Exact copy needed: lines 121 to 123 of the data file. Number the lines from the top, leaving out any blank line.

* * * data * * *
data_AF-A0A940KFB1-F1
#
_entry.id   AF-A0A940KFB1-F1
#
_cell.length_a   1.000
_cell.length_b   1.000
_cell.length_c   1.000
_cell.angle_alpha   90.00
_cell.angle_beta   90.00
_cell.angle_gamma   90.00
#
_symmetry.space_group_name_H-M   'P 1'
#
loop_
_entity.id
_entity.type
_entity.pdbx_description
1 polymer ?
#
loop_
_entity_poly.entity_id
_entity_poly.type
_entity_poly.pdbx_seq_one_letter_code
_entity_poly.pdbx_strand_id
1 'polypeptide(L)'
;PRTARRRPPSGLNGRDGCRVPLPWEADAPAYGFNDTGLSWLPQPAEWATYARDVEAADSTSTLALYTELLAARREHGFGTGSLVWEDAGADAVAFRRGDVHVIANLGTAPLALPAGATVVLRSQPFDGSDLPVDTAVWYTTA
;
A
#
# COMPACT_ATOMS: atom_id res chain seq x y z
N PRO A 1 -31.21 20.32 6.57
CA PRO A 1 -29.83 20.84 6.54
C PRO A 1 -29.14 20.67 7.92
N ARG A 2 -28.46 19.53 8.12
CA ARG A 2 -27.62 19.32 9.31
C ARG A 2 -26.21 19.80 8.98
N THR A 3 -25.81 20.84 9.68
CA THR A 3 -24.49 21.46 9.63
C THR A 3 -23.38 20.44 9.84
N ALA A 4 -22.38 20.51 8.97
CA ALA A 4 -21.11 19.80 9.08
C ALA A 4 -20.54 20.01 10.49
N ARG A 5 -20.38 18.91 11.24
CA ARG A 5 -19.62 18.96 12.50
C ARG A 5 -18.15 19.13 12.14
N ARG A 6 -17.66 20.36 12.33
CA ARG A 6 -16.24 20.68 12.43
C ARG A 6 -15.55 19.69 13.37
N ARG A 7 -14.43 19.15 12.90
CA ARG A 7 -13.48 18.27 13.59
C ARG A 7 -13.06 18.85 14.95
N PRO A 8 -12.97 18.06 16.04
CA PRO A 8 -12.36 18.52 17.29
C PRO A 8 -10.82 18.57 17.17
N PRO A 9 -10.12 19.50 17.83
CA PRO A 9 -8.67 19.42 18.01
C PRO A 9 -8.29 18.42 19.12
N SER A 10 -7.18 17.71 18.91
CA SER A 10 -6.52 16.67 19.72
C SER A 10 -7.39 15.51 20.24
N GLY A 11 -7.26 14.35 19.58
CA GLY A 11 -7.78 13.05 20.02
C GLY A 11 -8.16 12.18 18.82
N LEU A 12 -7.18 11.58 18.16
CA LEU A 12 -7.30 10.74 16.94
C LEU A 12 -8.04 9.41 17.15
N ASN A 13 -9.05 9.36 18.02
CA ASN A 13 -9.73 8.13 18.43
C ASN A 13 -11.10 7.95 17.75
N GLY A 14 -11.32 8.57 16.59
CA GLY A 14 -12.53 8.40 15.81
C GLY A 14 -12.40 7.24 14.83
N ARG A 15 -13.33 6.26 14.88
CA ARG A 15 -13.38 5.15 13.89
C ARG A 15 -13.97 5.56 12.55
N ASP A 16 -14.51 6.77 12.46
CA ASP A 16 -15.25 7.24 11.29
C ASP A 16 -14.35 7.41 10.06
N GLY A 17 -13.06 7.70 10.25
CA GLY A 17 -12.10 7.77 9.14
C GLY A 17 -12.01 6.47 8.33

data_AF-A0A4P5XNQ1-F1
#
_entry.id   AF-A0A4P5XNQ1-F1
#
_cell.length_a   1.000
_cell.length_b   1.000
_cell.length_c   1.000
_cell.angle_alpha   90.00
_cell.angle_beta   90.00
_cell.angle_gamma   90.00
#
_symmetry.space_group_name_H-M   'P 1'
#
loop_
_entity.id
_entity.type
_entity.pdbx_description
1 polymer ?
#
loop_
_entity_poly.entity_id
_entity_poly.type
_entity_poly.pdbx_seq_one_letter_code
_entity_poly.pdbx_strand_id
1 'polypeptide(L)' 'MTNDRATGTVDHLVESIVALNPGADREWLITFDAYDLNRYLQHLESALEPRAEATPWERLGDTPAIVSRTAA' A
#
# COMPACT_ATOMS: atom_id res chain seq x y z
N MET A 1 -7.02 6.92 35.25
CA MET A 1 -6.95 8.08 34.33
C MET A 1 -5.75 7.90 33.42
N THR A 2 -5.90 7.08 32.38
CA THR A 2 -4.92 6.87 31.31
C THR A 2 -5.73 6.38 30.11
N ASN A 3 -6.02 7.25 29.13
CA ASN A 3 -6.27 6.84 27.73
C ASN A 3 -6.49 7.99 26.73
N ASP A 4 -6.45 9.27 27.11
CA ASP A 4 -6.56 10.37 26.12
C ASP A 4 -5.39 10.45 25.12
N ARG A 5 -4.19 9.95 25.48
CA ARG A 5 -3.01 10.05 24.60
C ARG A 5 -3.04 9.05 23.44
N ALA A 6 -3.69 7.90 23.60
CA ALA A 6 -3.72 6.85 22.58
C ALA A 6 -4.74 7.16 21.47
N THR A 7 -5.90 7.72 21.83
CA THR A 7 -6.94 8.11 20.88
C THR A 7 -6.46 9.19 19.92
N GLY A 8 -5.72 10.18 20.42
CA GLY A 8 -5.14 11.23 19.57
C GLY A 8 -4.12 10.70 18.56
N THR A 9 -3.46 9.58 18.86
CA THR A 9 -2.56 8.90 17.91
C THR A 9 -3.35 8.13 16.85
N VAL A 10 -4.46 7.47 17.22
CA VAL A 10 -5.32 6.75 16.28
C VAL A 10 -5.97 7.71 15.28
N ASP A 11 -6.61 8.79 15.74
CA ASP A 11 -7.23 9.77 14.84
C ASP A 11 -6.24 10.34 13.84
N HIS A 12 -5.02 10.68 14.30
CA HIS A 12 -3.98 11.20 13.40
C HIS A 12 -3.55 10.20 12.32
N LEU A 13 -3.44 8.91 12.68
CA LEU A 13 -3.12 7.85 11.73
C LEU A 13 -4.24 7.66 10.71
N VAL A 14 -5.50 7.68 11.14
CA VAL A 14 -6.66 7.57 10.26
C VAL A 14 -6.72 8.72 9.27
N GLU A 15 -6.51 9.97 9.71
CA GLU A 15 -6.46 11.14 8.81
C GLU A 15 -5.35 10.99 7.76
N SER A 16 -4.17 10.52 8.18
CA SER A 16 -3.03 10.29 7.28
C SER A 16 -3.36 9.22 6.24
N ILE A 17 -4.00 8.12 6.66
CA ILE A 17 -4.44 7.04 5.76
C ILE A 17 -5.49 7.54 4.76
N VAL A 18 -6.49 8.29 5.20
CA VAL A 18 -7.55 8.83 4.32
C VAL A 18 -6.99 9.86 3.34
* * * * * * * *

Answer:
N ARG A 5 -4.19 9.95 25.48
CA ARG A 5 -3.01 10.05 24.60
C ARG A 5 -3.04 9.05 23.44